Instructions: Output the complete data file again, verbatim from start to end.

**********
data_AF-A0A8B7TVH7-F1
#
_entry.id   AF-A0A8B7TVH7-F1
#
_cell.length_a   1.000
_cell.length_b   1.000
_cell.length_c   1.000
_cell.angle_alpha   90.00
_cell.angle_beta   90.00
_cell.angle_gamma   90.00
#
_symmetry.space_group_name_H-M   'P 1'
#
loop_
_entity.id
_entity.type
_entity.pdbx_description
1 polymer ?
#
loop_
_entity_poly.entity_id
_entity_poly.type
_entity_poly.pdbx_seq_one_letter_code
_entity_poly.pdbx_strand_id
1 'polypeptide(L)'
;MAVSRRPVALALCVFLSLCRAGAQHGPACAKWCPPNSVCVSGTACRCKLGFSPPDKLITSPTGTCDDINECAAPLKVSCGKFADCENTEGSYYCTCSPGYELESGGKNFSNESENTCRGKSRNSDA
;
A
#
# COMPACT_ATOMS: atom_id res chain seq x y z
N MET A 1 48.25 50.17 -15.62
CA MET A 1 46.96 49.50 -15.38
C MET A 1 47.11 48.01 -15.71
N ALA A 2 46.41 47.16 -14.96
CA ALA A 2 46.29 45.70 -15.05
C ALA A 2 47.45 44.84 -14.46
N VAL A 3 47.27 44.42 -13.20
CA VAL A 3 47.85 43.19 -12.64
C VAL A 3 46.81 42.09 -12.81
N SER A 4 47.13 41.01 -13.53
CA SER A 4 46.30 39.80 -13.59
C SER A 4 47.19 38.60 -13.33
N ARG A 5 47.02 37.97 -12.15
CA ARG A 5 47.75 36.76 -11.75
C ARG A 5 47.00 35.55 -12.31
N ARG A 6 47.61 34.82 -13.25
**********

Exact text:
data_AF-A0A8B7TVH7-F1
#
_entry.id   AF-A0A8B7TVH7-F1
#
_cell.length_a   1.000
_cell.length_b   1.000
_cell.length_c   1.000
_cell.angle_alpha   90.00
_cell.angle_beta   90.00
_cell.angle_gamma   90.00
#
_symmetry.space_group_name_H-M   'P 1'
#
loop_
_entity.id
_entity.type
_entity.pdbx_description
1 polymer ?
#
loop_
_entity_poly.entity_id
_entity_poly.type
_entity_poly.pdbx_seq_one_letter_code
_entity_poly.pdbx_strand_id
1 'polypeptide(L)'
;MAVSRRPVALALCVFLSLCRAGAQHGPACAKWCPPNSVCVSGTACRCKLGFSPPDKLITSPTGTCDDINECAAPLKVSCGKFADCENTEGSYYCTCSPGYELESGGKNFSNESENTCRGKSRNSDA
;
A
#
# COMPACT_ATOMS: atom_id res chain seq x y z
N MET A 1 48.25 50.17 -15.62
CA MET A 1 46.96 49.50 -15.38
C MET A 1 47.11 48.01 -15.71
N ALA A 2 46.41 47.16 -14.96
CA ALA A 2 46.29 45.70 -15.05
C ALA A 2 47.45 44.84 -14.46
N VAL A 3 47.27 44.42 -13.20
CA VAL A 3 47.85 43.19 -12.64
C VAL A 3 46.81 42.09 -12.81
N SER A 4 47.13 41.01 -13.53
CA SER A 4 46.30 39.80 -13.59
C SER A 4 47.19 38.60 -13.33
N ARG A 5 47.02 37.97 -12.15
CA ARG A 5 47.75 36.76 -11.75
C ARG A 5 47.00 35.55 -12.31
N ARG A 6 47.61 34.82 -13.25